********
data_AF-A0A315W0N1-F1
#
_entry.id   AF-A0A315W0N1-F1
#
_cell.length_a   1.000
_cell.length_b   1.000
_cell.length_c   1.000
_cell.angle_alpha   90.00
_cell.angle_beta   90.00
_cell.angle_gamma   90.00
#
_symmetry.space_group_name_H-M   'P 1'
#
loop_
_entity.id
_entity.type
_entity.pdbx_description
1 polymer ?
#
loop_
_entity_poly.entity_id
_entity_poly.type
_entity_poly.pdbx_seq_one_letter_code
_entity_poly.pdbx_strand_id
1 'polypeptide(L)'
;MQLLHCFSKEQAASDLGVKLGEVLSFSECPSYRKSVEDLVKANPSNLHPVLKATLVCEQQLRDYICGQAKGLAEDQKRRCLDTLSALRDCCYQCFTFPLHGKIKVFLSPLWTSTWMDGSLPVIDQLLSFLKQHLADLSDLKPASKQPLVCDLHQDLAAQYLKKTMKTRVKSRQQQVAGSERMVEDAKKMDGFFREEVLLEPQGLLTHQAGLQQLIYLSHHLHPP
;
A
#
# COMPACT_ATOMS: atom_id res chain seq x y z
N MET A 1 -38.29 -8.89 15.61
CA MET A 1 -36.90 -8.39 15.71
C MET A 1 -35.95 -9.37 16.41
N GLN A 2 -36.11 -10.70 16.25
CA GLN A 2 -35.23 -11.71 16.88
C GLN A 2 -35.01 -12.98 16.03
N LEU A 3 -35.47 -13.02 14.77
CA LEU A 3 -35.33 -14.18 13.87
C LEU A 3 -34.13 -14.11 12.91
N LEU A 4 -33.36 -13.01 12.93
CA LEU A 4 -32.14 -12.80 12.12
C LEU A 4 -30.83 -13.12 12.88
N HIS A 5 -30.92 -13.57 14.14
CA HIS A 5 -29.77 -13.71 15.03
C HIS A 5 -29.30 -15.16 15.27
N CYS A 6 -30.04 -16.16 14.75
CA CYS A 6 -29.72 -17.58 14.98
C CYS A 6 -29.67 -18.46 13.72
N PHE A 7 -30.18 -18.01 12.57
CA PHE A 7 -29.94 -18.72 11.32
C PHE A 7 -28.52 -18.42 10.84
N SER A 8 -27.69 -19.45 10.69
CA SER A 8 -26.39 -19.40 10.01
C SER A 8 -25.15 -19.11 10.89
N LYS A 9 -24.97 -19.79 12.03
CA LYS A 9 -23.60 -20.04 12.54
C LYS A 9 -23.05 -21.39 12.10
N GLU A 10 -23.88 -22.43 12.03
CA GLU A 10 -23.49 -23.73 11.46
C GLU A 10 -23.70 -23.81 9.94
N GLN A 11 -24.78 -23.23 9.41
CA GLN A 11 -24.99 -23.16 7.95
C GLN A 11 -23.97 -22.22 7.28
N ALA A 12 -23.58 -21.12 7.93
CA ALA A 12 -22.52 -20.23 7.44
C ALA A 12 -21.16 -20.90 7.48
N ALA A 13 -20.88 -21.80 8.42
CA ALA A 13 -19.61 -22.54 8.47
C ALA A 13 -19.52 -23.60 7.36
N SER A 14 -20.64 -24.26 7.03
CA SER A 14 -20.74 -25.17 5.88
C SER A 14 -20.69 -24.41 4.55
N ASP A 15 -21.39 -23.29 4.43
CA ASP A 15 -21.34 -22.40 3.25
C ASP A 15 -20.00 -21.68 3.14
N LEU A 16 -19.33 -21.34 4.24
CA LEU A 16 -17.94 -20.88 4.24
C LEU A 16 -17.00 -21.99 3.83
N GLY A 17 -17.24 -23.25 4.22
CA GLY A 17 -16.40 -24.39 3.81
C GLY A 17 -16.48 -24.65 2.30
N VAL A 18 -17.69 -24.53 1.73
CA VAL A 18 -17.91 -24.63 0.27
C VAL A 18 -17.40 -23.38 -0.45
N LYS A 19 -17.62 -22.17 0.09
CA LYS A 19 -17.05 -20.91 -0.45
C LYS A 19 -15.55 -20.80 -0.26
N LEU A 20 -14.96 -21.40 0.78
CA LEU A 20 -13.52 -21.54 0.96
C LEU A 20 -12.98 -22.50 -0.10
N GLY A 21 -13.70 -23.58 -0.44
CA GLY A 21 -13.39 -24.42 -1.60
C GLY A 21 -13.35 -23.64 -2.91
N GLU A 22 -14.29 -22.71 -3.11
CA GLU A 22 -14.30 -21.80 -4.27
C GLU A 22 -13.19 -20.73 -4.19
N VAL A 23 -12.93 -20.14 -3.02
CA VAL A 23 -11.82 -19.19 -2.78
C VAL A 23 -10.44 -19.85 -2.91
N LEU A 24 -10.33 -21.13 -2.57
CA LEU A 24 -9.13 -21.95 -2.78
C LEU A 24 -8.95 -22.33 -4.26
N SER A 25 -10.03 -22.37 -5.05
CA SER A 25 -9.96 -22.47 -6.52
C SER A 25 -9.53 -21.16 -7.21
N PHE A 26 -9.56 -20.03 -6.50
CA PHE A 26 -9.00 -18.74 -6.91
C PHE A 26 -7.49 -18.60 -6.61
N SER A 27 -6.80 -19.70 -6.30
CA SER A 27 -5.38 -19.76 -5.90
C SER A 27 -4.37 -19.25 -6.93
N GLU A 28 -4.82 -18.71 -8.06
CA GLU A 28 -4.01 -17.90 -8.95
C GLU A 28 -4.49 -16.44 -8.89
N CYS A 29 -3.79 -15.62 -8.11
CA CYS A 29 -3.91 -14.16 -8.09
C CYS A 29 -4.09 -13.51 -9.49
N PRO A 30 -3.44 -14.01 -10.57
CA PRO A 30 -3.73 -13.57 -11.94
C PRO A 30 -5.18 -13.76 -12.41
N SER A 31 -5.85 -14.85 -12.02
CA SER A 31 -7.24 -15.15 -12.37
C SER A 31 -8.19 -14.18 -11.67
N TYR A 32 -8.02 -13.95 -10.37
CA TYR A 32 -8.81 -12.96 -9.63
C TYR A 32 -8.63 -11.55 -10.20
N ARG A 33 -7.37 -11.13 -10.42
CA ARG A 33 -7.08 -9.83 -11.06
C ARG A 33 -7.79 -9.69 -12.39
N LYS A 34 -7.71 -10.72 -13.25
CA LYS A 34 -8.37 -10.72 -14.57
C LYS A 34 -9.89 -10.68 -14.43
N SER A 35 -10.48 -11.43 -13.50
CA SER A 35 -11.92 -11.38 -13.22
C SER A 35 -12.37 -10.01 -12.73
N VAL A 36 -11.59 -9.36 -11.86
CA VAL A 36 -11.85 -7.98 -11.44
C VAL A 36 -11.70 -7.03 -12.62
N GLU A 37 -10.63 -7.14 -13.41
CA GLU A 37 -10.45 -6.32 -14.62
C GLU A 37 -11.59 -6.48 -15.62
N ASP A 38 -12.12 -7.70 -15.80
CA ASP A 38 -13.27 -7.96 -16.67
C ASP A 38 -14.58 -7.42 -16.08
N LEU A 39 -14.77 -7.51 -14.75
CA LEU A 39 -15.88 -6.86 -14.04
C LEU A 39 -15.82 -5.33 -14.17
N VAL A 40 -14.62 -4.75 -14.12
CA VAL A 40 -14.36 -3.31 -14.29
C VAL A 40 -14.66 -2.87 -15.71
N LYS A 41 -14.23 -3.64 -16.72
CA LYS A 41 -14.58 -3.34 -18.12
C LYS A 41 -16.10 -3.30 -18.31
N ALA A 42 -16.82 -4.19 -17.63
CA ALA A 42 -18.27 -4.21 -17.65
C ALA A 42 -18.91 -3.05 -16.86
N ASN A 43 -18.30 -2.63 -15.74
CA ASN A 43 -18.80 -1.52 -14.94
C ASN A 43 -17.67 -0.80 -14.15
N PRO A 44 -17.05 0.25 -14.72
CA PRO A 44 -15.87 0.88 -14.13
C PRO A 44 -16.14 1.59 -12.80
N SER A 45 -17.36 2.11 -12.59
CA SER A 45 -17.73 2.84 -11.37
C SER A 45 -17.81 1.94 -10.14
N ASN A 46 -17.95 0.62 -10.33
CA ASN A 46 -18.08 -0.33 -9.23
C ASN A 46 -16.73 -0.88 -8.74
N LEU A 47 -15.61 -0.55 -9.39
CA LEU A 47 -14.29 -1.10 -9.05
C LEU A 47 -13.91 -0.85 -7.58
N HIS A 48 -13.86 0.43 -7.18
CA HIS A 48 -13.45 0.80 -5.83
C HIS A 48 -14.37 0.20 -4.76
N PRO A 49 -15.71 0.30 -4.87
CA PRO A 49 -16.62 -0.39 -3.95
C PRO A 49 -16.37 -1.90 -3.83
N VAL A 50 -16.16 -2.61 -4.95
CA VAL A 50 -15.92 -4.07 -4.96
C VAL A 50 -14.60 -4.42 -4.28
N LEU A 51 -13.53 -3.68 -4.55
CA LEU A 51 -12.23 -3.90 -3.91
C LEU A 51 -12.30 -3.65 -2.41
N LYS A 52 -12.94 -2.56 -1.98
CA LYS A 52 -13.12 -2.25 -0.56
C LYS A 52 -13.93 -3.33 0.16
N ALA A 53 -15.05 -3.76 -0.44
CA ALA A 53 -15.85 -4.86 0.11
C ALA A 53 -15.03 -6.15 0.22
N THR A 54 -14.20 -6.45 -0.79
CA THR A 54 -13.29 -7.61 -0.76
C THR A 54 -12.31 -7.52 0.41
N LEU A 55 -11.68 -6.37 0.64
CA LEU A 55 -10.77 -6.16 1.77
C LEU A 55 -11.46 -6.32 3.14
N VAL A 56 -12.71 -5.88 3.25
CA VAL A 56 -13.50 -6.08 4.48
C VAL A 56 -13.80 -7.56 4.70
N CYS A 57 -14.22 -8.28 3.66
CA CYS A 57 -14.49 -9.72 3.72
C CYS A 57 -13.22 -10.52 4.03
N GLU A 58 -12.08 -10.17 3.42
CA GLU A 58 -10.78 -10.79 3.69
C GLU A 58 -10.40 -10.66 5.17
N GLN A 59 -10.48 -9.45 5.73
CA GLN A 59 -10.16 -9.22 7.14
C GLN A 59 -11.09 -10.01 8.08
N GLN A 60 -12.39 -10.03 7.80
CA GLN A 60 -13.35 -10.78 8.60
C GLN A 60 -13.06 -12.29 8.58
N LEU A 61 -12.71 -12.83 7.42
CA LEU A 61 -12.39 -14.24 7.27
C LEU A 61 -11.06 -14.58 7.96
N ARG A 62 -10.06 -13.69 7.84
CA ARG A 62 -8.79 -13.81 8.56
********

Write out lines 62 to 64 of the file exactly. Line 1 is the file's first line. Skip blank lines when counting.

CA GLN A 11 -24.99 -23.16 7.95
C GLN A 11 -23.97 -22.22 7.28
N ALA A 12 -23.58 -21.12 7.93